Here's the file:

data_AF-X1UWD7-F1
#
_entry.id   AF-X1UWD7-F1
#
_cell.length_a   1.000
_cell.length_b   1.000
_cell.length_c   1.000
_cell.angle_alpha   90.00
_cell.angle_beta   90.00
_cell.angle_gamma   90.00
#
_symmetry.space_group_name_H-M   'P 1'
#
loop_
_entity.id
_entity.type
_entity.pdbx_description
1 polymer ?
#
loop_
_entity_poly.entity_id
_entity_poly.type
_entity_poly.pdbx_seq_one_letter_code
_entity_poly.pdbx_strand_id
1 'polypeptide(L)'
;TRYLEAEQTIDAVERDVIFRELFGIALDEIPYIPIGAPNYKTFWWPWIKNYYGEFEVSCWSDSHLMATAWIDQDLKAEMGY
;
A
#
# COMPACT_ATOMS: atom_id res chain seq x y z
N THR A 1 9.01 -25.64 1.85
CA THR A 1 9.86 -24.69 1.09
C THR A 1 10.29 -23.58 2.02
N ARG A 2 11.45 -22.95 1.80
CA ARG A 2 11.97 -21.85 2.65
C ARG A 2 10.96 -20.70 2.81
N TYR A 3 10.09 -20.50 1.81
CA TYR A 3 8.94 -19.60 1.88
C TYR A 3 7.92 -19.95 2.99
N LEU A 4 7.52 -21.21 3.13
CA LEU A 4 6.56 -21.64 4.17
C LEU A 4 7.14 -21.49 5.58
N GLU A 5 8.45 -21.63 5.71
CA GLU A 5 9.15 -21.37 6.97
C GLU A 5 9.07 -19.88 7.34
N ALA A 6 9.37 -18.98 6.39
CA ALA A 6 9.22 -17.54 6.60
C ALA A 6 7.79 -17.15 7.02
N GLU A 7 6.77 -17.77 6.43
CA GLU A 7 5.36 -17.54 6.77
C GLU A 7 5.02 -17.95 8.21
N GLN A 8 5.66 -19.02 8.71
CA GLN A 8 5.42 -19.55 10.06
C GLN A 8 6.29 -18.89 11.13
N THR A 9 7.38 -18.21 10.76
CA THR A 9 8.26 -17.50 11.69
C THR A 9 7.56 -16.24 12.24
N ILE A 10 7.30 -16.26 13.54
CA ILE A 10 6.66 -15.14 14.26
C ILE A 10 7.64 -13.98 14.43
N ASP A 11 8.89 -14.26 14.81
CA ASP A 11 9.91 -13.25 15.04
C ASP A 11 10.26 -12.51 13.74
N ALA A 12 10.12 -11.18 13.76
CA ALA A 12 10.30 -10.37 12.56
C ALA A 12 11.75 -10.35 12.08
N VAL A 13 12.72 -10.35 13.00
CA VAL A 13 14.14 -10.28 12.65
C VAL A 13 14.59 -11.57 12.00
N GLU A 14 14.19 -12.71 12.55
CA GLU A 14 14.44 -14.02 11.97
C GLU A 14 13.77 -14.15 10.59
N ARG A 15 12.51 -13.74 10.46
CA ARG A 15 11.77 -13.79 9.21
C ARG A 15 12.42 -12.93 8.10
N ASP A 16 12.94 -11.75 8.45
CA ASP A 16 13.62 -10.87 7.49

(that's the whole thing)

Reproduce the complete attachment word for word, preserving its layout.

data_AF-X1UWD7-F1
#
_entry.id   AF-X1UWD7-F1
#
_cell.length_a   1.000
_cell.length_b   1.000
_cell.length_c   1.000
_cell.angle_alpha   90.00
_cell.angle_beta   90.00
_cell.angle_gamma   90.00
#
_symmetry.space_group_name_H-M   'P 1'
#
loop_
_entity.id
_entity.type
_entity.pdbx_description
1 polymer ?
#
loop_
_entity_poly.entity_id
_entity_poly.type
_entity_poly.pdbx_seq_one_letter_code
_entity_poly.pdbx_strand_id
1 'polypeptide(L)'
;TRYLEAEQTIDAVERDVIFRELFGIALDEIPYIPIGAPNYKTFWWPWIKNYYGEFEVSCWSDSHLMATAWIDQDLKAEMGY
;
A
#
# COMPACT_ATOMS: atom_id res chain seq x y z
N THR A 1 9.01 -25.64 1.85
CA THR A 1 9.86 -24.69 1.09
C THR A 1 10.29 -23.58 2.02
N ARG A 2 11.45 -22.95 1.80
CA ARG A 2 11.97 -21.85 2.65
C ARG A 2 10.96 -20.70 2.81
N TYR A 3 10.09 -20.50 1.81
CA TYR A 3 8.94 -19.60 1.88
C TYR A 3 7.92 -19.95 2.99
N LEU A 4 7.52 -21.21 3.13
CA LEU A 4 6.56 -21.64 4.17
C LEU A 4 7.14 -21.49 5.58
N GLU A 5 8.45 -21.63 5.71
CA GLU A 5 9.15 -21.37 6.97
C GLU A 5 9.07 -19.88 7.34
N ALA A 6 9.37 -18.98 6.39
CA ALA A 6 9.22 -17.54 6.60
C ALA A 6 7.79 -17.15 7.02
N GLU A 7 6.77 -17.77 6.43
CA GLU A 7 5.36 -17.54 6.77
C GLU A 7 5.02 -17.95 8.21
N GLN A 8 5.66 -19.02 8.71
CA GLN A 8 5.42 -19.55 10.06
C GLN A 8 6.29 -18.89 11.13
N THR A 9 7.38 -18.21 10.76
CA THR A 9 8.26 -17.50 11.69
C THR A 9 7.56 -16.24 12.24
N ILE A 10 7.30 -16.26 13.54
CA ILE A 10 6.66 -15.14 14.26
C ILE A 10 7.64 -13.98 14.43
N ASP A 11 8.89 -14.26 14.81
CA ASP A 11 9.91 -13.25 15.04
C ASP A 11 10.26 -12.51 13.74
N ALA A 12 10.12 -11.18 13.76
CA ALA A 12 10.30 -10.37 12.56
C ALA A 12 11.75 -10.35 12.08
N VAL A 13 12.72 -10.35 13.00
CA VAL A 13 14.14 -10.28 12.65
C VAL A 13 14.59 -11.57 12.00
N GLU A 14 14.19 -12.71 12.55
CA GLU A 14 14.44 -14.02 11.97
C GLU A 14 13.77 -14.15 10.59
N ARG A 15 12.51 -13.74 10.46
CA ARG A 15 11.77 -13.79 9.21
C ARG A 15 12.42 -12.93 8.10
N ASP A 16 12.94 -11.75 8.45
CA ASP A 16 13.62 -10.87 7.49